Seperate Home

- 4 mins

After using manjaro for over a year and falling in love with it, it started breaking way too frequently. With every pacman -Syu, which is unavoidable if you are using Arch, something crashed for sure. Sometimes a kernel update would break it and sometimes a driver would just not work anymore. As a result manjaro wont boot up anymore, sometimes giving an error at boot or sometimes just hangs at the splash screen. You downgrade the kernel to the previous one and it just wont work.

This used to happen every weekend and my whole weekend would be me googling my way out, posting it on Manjaro forums, waiting for a reply, booting in via liveusb, using chroot, changing something here, changing something there, damn it is painful.

So I decided I wasn't going to fix it the next time something broke for no reason, instead I would do a fresh install of latest version. So Fenil, you mean to say backup the important data somewhere, sit selecting the important stuff, copy them and wait for the huge files to transfer, if not enough space then copy the rest somewhere else? Nope. There's an easy way out.

I was fortunate enough to bump into an article while installing manjaro for the first time which suggested me to have a seperate /root and /home partition, I didn't know the use case back then but did it anyway. Now I know why.

Note > Having a /home in the root parition is different from having a seperate parition for /home.

If you have "cooked" /root and /home paritions seperately you have made the "OS" data and your "User" data essentially independent and kept them in seperate boxes. Now every time your /root box breaks (where all the OS stuff lies) you just have to replace the /root box with the new OS and attach (aka mount) the existing /home box at a specific location (/home directory of the new OS) so that the /home box is mounted when the new OS boots up.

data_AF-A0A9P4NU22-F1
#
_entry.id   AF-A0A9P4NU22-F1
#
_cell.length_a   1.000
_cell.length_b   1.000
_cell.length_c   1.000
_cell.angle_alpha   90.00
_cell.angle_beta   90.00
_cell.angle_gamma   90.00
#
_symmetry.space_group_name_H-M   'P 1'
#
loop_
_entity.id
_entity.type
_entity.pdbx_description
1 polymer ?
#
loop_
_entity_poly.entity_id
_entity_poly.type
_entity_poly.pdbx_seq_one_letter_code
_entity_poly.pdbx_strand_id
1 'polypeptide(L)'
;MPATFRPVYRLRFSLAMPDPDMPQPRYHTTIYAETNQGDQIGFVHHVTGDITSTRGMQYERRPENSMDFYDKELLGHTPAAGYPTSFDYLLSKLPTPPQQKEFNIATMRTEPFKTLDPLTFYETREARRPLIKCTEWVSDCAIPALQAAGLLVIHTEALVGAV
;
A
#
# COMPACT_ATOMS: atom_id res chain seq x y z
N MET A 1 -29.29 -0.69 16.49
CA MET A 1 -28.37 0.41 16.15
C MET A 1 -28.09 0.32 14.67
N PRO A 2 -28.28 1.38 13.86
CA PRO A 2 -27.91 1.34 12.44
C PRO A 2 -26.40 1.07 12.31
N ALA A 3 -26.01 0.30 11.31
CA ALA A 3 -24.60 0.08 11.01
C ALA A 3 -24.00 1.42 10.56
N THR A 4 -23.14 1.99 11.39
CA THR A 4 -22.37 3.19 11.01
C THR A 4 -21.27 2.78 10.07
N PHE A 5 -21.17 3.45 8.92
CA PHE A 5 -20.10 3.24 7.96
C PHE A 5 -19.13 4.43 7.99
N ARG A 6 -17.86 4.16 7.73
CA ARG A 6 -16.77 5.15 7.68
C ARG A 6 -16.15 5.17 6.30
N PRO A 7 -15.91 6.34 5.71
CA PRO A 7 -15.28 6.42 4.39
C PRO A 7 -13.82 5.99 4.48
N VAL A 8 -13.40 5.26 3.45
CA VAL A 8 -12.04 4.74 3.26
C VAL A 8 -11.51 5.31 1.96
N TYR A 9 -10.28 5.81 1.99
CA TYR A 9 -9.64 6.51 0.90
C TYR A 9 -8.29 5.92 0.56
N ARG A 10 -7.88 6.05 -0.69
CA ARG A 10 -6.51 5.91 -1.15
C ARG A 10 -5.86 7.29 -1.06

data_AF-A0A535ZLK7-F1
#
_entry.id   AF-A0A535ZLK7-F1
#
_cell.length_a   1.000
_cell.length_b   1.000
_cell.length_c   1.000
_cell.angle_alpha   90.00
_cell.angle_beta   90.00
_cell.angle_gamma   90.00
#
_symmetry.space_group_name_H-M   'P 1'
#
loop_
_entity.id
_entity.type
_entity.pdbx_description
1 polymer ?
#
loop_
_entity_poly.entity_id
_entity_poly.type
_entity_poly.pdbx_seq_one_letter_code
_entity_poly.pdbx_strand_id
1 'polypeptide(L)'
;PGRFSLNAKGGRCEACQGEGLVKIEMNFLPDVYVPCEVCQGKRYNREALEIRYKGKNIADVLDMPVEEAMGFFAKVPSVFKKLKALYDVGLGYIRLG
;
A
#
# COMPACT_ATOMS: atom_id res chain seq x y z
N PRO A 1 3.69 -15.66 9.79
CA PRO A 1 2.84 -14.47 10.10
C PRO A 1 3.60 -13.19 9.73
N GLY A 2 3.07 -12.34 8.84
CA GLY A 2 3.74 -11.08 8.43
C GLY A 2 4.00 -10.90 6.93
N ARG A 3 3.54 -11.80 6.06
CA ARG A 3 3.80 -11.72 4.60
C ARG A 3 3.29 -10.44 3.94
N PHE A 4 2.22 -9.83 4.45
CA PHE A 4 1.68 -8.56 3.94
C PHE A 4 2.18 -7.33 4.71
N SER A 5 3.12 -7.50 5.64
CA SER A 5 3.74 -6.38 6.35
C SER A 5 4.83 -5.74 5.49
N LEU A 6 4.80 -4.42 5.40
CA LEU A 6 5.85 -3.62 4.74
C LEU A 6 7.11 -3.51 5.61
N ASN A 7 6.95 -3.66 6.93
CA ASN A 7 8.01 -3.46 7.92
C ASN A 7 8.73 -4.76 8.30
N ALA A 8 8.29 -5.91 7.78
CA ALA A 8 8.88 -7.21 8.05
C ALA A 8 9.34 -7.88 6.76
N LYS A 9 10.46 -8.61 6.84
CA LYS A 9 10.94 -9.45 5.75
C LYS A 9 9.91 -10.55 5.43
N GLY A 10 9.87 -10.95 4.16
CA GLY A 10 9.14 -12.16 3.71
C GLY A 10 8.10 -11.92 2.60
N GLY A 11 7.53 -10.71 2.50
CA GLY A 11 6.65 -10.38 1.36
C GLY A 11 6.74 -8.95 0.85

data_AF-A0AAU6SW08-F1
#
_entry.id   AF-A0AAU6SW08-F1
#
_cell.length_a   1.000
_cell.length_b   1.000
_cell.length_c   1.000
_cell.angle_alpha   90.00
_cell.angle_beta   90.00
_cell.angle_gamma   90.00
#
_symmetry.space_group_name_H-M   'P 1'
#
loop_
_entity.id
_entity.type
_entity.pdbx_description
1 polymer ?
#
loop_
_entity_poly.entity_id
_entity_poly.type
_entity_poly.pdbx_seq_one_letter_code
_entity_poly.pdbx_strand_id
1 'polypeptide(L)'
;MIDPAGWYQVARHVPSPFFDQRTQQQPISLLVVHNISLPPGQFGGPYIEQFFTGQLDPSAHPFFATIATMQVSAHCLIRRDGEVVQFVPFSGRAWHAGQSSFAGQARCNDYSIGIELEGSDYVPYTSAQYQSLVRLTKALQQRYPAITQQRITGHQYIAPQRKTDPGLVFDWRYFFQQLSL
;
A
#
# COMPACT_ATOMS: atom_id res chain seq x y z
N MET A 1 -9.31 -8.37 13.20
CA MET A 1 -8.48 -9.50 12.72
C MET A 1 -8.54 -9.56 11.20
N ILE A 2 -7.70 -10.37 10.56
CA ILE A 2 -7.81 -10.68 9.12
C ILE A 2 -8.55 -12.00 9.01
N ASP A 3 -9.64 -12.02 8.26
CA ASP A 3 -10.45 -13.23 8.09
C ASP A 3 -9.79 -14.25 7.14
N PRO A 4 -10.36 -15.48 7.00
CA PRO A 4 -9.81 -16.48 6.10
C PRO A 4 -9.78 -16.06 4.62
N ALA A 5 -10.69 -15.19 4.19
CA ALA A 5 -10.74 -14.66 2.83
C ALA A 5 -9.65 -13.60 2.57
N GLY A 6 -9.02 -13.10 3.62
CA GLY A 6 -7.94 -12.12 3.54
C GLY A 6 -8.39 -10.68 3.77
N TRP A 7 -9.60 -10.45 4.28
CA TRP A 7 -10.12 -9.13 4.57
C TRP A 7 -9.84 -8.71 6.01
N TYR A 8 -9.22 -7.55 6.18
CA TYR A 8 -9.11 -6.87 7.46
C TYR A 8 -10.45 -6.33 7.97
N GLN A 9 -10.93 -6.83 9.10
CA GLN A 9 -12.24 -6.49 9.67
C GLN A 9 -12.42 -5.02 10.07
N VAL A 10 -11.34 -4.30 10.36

Let me walk you through. This is wrt to manjaro-installer but its the same with other linux based OS installers as well.

Re-installing manjaro using live-usb on existing root partition.

This replaces Manjaro with the other OS (Updated version of Manjaro in this case) on the root partition. You can see an option to re-use home parition for the new OS. You just select it and you are done, the new working OS with all your data intact. But all the OS installers wont have this option during install and you'd need to do it manually, but its super easy.

After fresh install boot up the OS and open /etc/fstab. You should see two paritions one is /boot/efi and the other is /root .

What is missing is the /home parition info


Now to identify which was your home parition before you need to know something about it like the size or maybe partition type so you can identify it from this list because it currently isn't mounted anywhere so you can get no clear identifier. So do lsblk and I remember the size of my home parition was 130G (nvmpe0n1p8) (note - here mount point is /home as I had already mounted it, it wont be visible to you).

then doing sudo blkid

Some Shit

Copy the UUID corresponding to nvmpe0n1p8 and add an entry in /etc/fstab like this.

Some Shit

Thats it! now just reboot now and you have a new OS with all your data intact. This also works if you want to try some different distribution (with some caveats) without losing or moving your data.

So I started doing this everytime an update breaks something and I'm back up and running in 10 mins. But it has some drawbacks too, but I ignore them given the time gain.

I've seen quite a few linux users not having a seperate home partition. So the next time you are installing any flavour of linux from scratch (or dual booting) make sure you have a seperate home.

Ok, Bye.